Here is the opinion.
After two years, the Minnesota federal district court dismissed the voluntary adoption case challenging the provisions of the Minnesota Indian Family Preservation Act (MIFPA) allowing for notice and intervention of a child’s tribe in the proceedings. While the court states that the case presented Constitutional questions, the proceedings were moot and did not meet the standard for capable of repetition but evading review to keep the case live. There’s a nice discussion of that standard for practitioners who have been wondering how that might work in a child welfare case.
Plaintiffs have 30 days to file a notice of appeal if they so choose.
This is the last of the summer 2015 batch of federal ICWA challenges filed. All of them were ultimately dismissed. Carter v. Washburn is currently on appeal to the 9th Circuit.
Here. This is the federal case challenging the Minnesota Indian Family Preservation Act.
The Court finds that it has jurisdiction to hear the Does’ complaint, but only against the government defendants. The Court will dismiss Commissioner Moose from the case because he is a tribal officer and not a state officer; does not enforce MIFPA; and is not restricted by the constitutional clauses at issue here. But even though the Court may proceed to the merits of the Does’ complaint against the government defendants, the Court will not decide the merits now. The parties necessarily and understandably devoted nearly all of the briefs to the numerous preliminary issues. Although the jurisdictional questions were well briefed, the Does’ equal protection and due process claims received less attention than they deserved. Accordingly, in deciding these motions the Court will express no opinion on the merits – only on the preliminary matters. It may be that Defendants’ positions on the merits are correct – or incorrect – but those questions will be decided another day.
Here is the complaint in Doe v. Jesson (D. Minn.):
25. MIFPA defines an “Indian child” as “an unmarried person who is under age 18 and is: (1) a member of an Indian tribe; or (2) eligible for membership in an Indian tribe.” Minn. Stat. 260.755, subd. 8. By contrast, ICWA defines an Indian child as either “(a) a member of an Indian tribe or (b) is eligible for membership in an Indian tribe and is the biological child of a member ofan Indian tribe.” 25 U.S.C. 1903(4) (emphasis added).
26. Many Indian tribes have only blood quantum or lineage requirements as prerequisites for membership. See, e.g., Paul Spruhan, The Origins, Current Status, & Future Prospects ofBlood Quantum as the Definition ofMembership in the Navajo Nation, 8 Tribal L.J. 1, 5 (2007); see also Rev. Const. & Bylaws of the Minnesota Chippewa Tribe, Minnesota, art. II, 1(c) (child eligible ifborn to a member and child is at least one quarter Minnesota Chippewa Indian blood). The Mille Lacs Band of Ojibwe is a member of the Minnesota Chippewa Tribe. Id. at art. III.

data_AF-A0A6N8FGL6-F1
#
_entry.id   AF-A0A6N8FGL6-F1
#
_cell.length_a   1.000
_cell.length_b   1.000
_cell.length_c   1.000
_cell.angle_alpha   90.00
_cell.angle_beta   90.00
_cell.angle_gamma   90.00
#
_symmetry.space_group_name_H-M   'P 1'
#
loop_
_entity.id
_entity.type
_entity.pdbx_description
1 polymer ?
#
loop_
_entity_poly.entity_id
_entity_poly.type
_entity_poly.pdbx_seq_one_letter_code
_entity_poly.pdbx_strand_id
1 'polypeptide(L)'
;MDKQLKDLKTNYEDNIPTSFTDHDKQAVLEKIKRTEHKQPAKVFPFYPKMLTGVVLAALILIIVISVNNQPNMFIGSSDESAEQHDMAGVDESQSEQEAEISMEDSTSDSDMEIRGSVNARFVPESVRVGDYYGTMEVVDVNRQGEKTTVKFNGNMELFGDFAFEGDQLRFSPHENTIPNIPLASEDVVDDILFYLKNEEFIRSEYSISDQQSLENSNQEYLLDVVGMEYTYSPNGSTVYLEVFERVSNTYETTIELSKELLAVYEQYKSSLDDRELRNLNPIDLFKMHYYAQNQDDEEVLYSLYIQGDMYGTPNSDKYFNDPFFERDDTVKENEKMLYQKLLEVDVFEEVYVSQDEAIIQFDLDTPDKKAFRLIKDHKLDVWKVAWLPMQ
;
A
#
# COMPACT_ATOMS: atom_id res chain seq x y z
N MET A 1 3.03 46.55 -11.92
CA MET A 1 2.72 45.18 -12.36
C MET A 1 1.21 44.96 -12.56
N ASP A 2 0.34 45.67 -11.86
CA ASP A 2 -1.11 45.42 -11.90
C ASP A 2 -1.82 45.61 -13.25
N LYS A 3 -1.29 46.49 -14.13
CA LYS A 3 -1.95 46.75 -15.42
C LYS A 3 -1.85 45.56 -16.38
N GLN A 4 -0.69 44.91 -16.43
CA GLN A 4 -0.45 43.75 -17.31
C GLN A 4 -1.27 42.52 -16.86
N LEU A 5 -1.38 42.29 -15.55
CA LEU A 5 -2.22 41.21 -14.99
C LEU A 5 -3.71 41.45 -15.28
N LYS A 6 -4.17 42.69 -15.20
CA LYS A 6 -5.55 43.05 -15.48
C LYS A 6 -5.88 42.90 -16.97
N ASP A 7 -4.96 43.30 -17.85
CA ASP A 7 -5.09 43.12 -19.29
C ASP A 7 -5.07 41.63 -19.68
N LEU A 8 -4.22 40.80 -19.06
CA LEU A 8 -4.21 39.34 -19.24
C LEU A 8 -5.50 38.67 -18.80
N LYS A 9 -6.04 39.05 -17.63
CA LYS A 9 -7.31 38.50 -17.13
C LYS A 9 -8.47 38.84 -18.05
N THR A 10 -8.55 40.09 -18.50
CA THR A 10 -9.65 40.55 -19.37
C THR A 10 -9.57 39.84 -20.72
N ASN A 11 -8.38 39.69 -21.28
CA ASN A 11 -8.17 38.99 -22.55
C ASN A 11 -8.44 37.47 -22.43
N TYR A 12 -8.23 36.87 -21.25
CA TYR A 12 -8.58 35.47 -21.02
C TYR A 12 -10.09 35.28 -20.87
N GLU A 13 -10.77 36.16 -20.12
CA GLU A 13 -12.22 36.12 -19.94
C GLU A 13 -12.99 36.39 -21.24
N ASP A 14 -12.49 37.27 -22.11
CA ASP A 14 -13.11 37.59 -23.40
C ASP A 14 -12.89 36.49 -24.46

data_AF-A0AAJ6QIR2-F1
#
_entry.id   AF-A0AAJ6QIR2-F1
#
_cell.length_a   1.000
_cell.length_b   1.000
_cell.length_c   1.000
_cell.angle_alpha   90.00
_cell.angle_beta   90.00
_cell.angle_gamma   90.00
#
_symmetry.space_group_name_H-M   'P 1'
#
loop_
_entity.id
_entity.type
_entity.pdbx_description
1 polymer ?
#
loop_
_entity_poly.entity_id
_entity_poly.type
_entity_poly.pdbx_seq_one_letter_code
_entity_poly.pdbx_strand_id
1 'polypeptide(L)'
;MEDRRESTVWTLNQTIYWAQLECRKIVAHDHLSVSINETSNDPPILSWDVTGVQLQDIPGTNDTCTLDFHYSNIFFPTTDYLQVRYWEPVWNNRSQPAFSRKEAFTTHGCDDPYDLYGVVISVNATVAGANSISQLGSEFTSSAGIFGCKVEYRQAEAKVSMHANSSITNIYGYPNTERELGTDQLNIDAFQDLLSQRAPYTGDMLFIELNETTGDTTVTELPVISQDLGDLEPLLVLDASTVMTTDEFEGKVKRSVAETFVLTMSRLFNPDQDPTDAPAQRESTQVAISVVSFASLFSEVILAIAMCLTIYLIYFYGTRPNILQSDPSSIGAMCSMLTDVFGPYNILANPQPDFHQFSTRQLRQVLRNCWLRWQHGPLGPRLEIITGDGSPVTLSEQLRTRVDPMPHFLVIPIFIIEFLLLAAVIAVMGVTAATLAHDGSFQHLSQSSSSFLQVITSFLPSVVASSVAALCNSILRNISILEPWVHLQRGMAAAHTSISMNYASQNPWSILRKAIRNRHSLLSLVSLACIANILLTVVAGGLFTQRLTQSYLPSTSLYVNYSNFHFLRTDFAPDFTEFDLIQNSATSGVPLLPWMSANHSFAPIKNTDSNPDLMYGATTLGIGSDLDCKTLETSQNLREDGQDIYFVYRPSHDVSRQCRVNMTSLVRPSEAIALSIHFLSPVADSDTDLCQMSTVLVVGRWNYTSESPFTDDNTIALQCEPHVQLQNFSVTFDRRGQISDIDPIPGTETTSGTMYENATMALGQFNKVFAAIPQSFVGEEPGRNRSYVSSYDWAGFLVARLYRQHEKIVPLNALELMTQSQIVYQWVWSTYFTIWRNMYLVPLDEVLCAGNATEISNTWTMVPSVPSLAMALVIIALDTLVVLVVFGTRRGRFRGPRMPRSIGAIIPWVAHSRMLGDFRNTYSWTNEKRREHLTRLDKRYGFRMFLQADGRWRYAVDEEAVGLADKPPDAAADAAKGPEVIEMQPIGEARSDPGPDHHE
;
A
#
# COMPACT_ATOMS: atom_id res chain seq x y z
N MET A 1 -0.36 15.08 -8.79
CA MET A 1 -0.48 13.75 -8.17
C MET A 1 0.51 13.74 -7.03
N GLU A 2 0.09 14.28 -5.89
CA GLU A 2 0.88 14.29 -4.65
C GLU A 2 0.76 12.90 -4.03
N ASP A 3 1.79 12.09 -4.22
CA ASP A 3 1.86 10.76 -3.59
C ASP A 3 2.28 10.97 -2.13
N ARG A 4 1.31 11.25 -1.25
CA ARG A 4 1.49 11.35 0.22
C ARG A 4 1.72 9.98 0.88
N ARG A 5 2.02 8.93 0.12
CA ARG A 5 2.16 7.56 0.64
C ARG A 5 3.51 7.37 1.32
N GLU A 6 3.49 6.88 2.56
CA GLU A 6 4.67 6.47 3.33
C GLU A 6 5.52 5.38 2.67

27. Unlike ICWA, the Minnesota Indian Family Preservation Act, facially and as applied, gives Indian tribes the right under the color of state law to interfere with voluntary, private adoptions.
Here are the materials in Goodman v. Waukey (D. Minn.):
7 Magistrate Report
11 DCT Order
Here are the materials in Harshe v. Grand Casino Hinckley (D. Minn.):
Magistrate R&R re Harshe Complaint
DCT Order Dismissing Harshe Complaint
Baffles me why this is unpublished….
Here is the opinion in Nason v. 1991 Buick.
The tribal interest in self-governance rests with the Mille Lacs Band of Ojibwe Indians-both the incident leading to the forfeiture proceeding and the seizure of respondent’s vehicle took place on the Mille Lacs Reservation. Because respondent is enrolled in the Fond du Lac Band, the Mille Lacs Band’s interest in self-governance is not as strong over respondent. We reject respondent’s argument that we should consider the Minnesota Chippewa Tribe as a whole when assessing the strength of the interest in self-governance; that argument was considered and rejected by the supreme court in Davis, and we find nothing to distinguish respondent’s case from Davis.
Based on the state’s strong interest of promoting safety on state roads and the weaker tribal interest in self-governance present in this case, we conclude that a forfeiture proceeding against respondent in state court is not preempted by federal or tribal interests. We therefore conclude that the state has subject-matter jurisdiction to hear the forfeiture action involving respondent’s vehicle.